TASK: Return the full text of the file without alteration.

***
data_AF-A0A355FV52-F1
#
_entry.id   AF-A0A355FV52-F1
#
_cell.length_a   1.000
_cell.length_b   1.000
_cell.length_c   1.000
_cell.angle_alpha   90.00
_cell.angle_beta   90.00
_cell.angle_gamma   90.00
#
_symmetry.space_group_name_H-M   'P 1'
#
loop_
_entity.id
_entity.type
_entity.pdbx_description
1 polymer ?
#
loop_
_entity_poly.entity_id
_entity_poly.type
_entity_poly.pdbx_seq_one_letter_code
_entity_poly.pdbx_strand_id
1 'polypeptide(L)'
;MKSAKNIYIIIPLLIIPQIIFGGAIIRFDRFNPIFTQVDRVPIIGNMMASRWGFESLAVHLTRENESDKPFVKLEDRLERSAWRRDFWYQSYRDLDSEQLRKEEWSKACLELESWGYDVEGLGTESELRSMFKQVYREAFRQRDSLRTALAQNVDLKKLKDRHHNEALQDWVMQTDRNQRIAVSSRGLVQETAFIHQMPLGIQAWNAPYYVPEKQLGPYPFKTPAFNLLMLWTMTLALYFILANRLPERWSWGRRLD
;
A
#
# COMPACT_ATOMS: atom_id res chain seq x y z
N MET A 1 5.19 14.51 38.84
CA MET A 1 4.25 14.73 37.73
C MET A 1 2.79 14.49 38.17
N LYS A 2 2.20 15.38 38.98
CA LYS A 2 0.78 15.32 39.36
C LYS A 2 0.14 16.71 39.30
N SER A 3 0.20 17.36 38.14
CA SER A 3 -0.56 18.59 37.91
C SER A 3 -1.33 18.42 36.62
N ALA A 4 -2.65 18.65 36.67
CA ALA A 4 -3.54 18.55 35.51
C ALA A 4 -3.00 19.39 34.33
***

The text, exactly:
data_AF-A0A355FV52-F1
#
_entry.id   AF-A0A355FV52-F1
#
_cell.length_a   1.000
_cell.length_b   1.000
_cell.length_c   1.000
_cell.angle_alpha   90.00
_cell.angle_beta   90.00
_cell.angle_gamma   90.00
#
_symmetry.space_group_name_H-M   'P 1'
#
loop_
_entity.id
_entity.type
_entity.pdbx_description
1 polymer ?
#
loop_
_entity_poly.entity_id
_entity_poly.type
_entity_poly.pdbx_seq_one_letter_code
_entity_poly.pdbx_strand_id
1 'polypeptide(L)'
;MKSAKNIYIIIPLLIIPQIIFGGAIIRFDRFNPIFTQVDRVPIIGNMMASRWGFESLAVHLTRENESDKPFVKLEDRLERSAWRRDFWYQSYRDLDSEQLRKEEWSKACLELESWGYDVEGLGTESELRSMFKQVYREAFRQRDSLRTALAQNVDLKKLKDRHHNEALQDWVMQTDRNQRIAVSSRGLVQETAFIHQMPLGIQAWNAPYYVPEKQLGPYPFKTPAFNLLMLWTMTLALYFILANRLPERWSWGRRLD
;
A
#
# COMPACT_ATOMS: atom_id res chain seq x y z
N MET A 1 5.19 14.51 38.84
CA MET A 1 4.25 14.73 37.73
C MET A 1 2.79 14.49 38.17
N LYS A 2 2.20 15.38 38.98
CA LYS A 2 0.78 15.32 39.36
C LYS A 2 0.14 16.71 39.30
N SER A 3 0.20 17.36 38.14
CA SER A 3 -0.56 18.59 37.91
C SER A 3 -1.33 18.42 36.62
N ALA A 4 -2.65 18.65 36.67
CA ALA A 4 -3.54 18.55 35.51
C ALA A 4 -3.00 19.39 34.33